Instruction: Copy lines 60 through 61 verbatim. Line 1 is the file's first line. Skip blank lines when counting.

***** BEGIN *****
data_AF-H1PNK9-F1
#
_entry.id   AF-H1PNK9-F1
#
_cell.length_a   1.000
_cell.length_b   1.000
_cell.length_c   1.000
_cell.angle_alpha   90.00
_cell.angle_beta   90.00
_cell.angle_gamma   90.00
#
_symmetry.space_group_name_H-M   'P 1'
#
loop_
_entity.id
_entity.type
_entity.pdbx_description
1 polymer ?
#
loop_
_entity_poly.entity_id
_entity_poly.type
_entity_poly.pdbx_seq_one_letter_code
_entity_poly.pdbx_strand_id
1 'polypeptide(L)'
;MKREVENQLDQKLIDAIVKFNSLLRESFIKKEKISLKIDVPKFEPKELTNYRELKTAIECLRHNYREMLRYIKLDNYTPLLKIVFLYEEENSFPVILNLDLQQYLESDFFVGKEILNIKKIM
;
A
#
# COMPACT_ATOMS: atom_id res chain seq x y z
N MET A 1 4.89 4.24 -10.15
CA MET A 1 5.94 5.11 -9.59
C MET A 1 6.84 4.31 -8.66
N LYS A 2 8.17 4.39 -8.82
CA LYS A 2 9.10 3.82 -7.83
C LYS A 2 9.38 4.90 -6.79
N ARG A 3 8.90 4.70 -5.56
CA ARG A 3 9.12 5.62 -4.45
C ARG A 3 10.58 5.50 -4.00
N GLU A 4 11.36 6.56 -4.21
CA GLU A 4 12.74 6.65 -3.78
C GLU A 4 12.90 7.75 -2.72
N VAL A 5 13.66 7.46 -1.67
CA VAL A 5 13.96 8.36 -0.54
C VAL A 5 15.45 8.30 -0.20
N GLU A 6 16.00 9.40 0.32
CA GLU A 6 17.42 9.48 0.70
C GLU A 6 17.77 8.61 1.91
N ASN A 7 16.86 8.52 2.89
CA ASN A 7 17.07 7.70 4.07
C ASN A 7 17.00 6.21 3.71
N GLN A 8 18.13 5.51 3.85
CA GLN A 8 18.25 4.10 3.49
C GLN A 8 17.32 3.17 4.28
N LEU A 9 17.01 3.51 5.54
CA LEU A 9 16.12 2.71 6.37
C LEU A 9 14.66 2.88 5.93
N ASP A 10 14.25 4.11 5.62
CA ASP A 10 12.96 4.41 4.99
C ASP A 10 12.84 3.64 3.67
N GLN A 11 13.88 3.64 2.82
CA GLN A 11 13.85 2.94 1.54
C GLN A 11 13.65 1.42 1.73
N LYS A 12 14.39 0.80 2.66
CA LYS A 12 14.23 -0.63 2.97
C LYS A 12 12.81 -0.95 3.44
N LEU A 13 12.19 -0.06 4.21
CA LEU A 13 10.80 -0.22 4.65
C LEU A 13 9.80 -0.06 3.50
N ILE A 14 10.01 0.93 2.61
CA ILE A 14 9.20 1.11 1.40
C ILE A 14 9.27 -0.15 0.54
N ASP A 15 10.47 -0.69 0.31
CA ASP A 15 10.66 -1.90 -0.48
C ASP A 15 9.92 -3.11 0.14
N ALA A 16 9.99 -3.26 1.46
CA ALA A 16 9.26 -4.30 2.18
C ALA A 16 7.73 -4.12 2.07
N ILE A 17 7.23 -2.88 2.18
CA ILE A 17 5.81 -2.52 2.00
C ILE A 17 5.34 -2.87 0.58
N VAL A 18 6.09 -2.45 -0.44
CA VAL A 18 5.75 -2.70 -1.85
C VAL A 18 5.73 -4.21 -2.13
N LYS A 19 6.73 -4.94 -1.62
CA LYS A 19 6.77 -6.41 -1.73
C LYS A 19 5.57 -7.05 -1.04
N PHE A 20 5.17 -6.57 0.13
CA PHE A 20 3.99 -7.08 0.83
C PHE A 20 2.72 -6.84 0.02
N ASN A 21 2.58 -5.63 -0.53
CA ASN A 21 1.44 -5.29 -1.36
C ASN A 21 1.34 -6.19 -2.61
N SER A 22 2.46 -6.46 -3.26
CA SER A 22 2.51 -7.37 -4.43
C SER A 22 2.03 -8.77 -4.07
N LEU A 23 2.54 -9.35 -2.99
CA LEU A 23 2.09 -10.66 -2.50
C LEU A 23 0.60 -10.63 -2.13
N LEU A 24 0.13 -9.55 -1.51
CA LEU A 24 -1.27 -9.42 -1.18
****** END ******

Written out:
C ASP A 10 12.84 3.64 3.67
N GLN A 11 13.88 3.64 2.82